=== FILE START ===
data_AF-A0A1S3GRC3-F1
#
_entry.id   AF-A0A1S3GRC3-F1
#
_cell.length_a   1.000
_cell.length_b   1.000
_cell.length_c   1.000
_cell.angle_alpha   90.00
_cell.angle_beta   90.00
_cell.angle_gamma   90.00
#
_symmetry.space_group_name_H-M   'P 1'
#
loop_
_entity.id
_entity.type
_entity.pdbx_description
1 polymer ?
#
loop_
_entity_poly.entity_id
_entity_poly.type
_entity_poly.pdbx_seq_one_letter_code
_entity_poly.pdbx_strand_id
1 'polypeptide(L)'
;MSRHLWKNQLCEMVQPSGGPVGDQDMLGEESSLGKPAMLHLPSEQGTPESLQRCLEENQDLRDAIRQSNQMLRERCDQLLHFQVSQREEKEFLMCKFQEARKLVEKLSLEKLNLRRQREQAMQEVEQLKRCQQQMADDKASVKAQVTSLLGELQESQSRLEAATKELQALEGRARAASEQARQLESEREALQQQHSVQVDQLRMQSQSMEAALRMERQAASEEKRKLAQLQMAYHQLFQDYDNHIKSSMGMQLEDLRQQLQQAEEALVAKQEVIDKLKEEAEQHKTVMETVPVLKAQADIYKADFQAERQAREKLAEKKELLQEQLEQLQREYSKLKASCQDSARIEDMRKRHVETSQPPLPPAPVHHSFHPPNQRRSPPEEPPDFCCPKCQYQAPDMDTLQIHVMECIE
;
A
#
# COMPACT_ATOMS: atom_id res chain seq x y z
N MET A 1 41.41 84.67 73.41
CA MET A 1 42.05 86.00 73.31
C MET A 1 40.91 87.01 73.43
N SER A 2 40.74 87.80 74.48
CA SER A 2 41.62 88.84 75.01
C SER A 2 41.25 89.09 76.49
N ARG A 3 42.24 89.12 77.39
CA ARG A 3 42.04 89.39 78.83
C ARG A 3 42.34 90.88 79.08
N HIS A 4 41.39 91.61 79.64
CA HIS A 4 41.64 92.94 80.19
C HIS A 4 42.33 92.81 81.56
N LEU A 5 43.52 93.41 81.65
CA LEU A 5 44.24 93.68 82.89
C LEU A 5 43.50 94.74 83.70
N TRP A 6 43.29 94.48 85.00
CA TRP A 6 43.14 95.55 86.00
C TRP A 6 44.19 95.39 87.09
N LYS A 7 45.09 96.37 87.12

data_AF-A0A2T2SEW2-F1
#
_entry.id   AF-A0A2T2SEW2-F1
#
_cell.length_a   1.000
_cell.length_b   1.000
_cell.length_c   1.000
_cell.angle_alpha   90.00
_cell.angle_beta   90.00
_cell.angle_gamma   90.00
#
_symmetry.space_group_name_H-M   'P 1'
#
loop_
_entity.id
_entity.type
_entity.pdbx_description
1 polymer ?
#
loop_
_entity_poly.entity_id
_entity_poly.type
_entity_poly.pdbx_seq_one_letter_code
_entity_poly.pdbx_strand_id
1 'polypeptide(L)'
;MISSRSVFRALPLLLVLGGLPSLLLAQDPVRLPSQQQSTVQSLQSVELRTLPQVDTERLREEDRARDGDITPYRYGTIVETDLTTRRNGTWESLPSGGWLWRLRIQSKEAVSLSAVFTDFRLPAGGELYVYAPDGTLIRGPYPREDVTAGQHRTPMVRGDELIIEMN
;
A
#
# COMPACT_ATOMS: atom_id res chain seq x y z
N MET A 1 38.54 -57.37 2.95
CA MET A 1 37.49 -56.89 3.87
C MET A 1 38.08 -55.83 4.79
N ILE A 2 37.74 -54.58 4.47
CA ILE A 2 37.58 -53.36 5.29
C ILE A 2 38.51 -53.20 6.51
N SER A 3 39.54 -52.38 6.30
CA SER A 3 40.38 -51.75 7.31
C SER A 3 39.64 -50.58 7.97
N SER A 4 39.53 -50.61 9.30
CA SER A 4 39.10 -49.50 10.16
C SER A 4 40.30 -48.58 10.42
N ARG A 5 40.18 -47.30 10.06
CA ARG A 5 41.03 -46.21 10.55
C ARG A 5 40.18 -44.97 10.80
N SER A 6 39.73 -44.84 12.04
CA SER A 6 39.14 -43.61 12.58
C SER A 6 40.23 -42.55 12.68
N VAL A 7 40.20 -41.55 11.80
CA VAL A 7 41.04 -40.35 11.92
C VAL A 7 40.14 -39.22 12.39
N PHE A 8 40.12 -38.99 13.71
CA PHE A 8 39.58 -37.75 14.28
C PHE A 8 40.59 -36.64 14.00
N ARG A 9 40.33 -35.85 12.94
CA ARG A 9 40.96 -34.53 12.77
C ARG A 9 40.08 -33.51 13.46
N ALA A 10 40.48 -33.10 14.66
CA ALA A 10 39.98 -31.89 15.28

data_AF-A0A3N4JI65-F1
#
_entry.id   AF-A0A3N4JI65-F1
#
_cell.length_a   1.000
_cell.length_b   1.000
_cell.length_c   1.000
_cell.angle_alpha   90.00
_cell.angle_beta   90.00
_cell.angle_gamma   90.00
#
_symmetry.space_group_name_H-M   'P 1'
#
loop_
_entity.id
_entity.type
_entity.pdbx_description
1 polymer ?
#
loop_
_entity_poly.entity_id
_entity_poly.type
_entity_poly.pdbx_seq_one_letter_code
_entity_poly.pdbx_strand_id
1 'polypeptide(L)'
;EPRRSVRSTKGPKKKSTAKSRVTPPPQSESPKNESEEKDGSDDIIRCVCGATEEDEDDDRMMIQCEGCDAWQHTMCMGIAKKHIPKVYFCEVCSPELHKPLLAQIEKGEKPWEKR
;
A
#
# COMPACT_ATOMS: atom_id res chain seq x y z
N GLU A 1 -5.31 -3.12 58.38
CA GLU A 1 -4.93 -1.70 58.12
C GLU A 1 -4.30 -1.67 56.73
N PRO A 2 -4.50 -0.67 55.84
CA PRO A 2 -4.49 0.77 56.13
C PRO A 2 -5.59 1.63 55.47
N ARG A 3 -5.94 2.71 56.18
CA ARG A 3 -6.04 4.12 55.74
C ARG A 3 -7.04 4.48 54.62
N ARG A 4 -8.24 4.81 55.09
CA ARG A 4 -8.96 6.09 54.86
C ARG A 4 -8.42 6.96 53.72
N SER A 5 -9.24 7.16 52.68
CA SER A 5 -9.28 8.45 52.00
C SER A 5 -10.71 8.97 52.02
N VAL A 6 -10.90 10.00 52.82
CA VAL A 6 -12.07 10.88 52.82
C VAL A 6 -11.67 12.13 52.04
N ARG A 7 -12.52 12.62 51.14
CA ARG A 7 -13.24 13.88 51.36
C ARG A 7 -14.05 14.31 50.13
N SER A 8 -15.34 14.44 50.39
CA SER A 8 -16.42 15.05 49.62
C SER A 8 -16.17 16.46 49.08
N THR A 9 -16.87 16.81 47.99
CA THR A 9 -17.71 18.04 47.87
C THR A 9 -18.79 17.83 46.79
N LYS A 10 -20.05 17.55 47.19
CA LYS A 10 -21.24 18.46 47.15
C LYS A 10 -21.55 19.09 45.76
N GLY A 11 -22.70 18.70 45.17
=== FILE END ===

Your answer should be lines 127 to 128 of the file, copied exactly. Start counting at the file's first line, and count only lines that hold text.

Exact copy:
#
loop_